Welcome to the (New) Family!

non trad family

The Supreme Court’s opinions in the Obergefell vs. Hodges case, legitimizing same-sex marriage, has predictably generated much scandalous controversy and angst among the dissenters, particularly from the Evangelical and Christian fundamentalists who are panicked that this ruling hastens the country towards barbarism reminiscent of the Last Days of the Roman Empire. It may, or it may not, but what this ruling indeed does is to provide an awakening to these religious Christians believers that their assumption that the United States of America is solely bound and defined by Christian theological ethics has been grossly mistaken.

Everyone has heard of this ubiquitous meme of America’s “separation of church and state,” and fortunately for the religious, the placement of that divide is a crucial safeguard that has given mainline believers undeserved tax breaks and other benefits and considerations (and to be frank, they are all fine and dandy with that). However, that divide not only exists to protect the belief systems from the encroachment by the State, but conversely to protect others from religious domination by the believers into the legal sphere.

Conservative Christian commentators and their political cohorts are twisted up in knots in trying to come to grips with the reality that the USA is in fact a pluralistic society, and that not everyone practices or believes in the same religion as they do. Some are wailing and gnashing their teeth about this ruling foreshadowing the death of democracy and imminent religious persecution.

Christian believers understand that marriage is defined and given by God, but legally, they seem unable to comprehend that marriage is sanctioned by the State, not by the Church. The chief argument made by the mainline Christian community against SSM is that marriage is ordained by God and is meant to exist properly within a fixed male and female pairing for purposes of procreation, and that the male/female set is the only legitimate (and spiritual) principle in forming a family.

The Supreme Court’s majority decision is based on the logical application of human rights guaranteed under the Constitution, a document that was not created by churchmen inside a place of worship, but by an elite of White propertied males who failed to share any uniform Christian perspective. What they did seem to share was a deep mistrust of the power the religious institutions could wield if given the chance. Thus, marriage is necessarily ordained by the State – not by the Church. It is a legal contract, not a spiritual one because there’s no instrument in the Constitution that gives the church the means to officially stand in the place of the State. Even the dissenting Justices can’t manage to wrap their brains around this fact (or seem unwilling to admit it). Supreme Court Justice Alito’s dissenting opinion contains the following alarmist and false assertion:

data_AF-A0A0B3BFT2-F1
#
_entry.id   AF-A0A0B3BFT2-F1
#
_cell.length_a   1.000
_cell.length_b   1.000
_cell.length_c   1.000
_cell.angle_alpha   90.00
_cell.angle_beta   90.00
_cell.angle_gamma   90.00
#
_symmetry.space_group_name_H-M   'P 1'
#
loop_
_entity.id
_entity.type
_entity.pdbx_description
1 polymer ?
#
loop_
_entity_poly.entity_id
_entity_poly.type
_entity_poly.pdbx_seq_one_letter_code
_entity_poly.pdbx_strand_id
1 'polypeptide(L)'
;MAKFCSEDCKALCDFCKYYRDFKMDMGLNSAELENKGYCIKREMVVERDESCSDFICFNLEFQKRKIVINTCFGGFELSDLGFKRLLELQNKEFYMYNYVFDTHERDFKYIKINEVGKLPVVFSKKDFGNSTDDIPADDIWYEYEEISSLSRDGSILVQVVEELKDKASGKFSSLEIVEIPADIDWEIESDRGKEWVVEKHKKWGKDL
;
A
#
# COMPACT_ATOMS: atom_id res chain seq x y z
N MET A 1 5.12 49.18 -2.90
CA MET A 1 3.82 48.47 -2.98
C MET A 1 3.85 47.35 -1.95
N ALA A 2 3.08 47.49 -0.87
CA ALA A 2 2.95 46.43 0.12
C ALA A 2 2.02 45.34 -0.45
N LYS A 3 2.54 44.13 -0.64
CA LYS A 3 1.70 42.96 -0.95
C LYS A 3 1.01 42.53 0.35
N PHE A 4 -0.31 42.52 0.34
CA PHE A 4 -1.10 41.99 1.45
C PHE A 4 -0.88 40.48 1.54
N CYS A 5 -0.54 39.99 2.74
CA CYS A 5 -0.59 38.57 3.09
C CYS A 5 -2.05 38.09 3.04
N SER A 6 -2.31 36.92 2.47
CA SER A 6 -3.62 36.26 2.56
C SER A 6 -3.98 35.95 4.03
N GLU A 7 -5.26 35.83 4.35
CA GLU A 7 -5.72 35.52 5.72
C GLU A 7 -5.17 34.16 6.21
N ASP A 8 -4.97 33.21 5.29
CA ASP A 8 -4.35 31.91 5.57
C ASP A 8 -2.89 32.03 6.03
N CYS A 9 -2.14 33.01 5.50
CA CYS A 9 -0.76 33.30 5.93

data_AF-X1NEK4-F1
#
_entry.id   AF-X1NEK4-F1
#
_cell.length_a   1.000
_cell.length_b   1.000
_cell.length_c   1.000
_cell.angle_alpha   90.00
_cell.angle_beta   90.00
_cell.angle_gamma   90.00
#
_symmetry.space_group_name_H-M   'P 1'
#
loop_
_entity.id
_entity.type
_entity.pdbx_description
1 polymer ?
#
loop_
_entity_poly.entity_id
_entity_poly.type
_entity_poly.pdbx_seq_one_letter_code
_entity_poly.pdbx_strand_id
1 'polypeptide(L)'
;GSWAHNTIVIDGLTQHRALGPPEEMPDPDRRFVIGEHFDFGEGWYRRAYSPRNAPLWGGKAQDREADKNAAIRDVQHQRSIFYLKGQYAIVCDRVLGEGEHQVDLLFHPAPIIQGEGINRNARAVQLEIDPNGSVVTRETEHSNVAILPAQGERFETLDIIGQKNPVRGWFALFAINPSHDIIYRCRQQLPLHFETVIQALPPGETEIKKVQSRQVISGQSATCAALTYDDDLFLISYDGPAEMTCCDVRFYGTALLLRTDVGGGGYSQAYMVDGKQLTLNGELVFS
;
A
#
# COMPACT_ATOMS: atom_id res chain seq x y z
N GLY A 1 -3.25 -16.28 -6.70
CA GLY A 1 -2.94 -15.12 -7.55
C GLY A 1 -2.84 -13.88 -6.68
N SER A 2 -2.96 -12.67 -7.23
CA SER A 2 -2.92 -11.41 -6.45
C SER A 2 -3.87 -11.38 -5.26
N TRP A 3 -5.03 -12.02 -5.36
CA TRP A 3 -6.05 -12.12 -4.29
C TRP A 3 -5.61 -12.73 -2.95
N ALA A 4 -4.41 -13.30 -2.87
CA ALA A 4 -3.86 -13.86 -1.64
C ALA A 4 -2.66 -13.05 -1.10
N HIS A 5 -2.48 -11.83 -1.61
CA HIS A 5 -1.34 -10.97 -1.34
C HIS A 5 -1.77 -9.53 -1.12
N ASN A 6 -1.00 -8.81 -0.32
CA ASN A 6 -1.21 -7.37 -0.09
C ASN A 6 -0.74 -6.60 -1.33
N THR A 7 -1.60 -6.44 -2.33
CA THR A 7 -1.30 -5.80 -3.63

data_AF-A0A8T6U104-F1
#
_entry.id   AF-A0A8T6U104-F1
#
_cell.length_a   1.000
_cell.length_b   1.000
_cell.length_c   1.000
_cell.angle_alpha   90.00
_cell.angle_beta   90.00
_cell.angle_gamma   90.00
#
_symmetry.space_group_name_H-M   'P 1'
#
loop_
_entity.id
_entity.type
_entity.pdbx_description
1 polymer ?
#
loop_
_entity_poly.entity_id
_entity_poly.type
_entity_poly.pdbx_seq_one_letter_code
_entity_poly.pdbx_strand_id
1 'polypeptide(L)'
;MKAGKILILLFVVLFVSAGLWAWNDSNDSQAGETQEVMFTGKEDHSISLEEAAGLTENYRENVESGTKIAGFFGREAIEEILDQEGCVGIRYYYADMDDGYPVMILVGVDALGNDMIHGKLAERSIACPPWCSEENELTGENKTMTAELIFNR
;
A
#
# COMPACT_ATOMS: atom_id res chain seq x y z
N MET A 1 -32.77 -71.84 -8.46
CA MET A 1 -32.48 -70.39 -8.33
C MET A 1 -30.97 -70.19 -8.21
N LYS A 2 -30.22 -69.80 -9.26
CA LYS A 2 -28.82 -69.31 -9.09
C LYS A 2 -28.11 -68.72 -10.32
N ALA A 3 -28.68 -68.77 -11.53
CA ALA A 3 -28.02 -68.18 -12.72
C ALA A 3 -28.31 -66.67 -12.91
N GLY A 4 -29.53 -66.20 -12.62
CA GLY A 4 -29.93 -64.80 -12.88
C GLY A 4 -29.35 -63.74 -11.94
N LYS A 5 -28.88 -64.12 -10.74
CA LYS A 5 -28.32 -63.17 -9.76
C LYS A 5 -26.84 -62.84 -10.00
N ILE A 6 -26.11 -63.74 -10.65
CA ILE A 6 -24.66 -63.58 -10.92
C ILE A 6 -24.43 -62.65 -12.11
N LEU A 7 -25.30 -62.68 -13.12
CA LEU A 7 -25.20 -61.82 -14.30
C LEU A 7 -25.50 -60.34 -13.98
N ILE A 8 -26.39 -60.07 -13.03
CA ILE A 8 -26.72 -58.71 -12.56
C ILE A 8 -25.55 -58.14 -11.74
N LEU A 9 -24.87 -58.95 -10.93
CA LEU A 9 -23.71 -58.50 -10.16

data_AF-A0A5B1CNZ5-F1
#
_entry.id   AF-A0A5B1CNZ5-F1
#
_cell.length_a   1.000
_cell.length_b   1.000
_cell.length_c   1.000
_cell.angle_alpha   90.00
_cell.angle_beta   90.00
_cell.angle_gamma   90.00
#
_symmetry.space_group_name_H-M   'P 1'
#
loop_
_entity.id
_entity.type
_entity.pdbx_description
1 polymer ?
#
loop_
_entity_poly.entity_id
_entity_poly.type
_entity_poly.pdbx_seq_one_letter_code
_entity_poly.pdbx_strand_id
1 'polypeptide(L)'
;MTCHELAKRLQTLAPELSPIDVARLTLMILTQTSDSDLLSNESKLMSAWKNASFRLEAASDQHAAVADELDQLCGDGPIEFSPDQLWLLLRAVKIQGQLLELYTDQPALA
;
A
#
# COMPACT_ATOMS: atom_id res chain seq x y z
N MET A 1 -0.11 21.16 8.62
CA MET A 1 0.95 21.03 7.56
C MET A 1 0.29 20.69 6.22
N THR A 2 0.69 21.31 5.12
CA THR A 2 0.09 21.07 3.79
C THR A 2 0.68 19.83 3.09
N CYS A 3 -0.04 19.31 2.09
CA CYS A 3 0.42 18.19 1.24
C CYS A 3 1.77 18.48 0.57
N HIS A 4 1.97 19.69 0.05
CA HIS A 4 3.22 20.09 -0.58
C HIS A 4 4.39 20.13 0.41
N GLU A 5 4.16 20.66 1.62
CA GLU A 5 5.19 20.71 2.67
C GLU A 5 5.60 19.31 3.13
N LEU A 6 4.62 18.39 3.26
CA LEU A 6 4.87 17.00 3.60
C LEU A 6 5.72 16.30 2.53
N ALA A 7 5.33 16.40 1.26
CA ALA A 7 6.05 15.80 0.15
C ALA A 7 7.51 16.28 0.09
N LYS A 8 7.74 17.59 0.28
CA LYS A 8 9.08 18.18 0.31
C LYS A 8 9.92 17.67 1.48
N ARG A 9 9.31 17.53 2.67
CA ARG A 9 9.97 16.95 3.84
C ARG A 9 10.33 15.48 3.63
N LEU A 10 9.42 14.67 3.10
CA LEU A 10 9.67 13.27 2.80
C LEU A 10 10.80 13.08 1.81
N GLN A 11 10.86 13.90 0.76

“Today’s decision usurps the constitutional right of the people to decide whether to keep or alter the traditional understanding of marriage.”

This decision does no such thing.

Firstly, the American Citizen has always – and will continue – to define or alter their understanding of marriage for themselves, without guidance from the State. If you believe same-sex marriage is wrong, this ruling does not force you into holding a contrary belief about it. People are still free to marry (and divorce) regardless of what Adam and Steve does in their marriage, or what serial adulterer Donald Trump does in his. 

Secondly, there has been a social evolution of the definition of marriage and family within American society that has existed from the beginning of the country’s history. It was less than 50 years ago when the courts began overturning the criminalization of interracial marriage [1] –  causing an ensuing social panic led by social conservatives who claimed under biblical authority that such unions were against Christian teachings when it was actually used to criminalize one’s race.  

Thirdly, Alito seems to be angling for a conflation of the legal definition of marriage condoned by the State with that of a religious conception of marriage and family ordained by God into a single definition – which is impossible due to the separation of Church and State provisions within the Constitution. Deep down, the dissenting Justices know this, but their conservative theological commitment leaves them in a panic about the legal implications this ruling may have.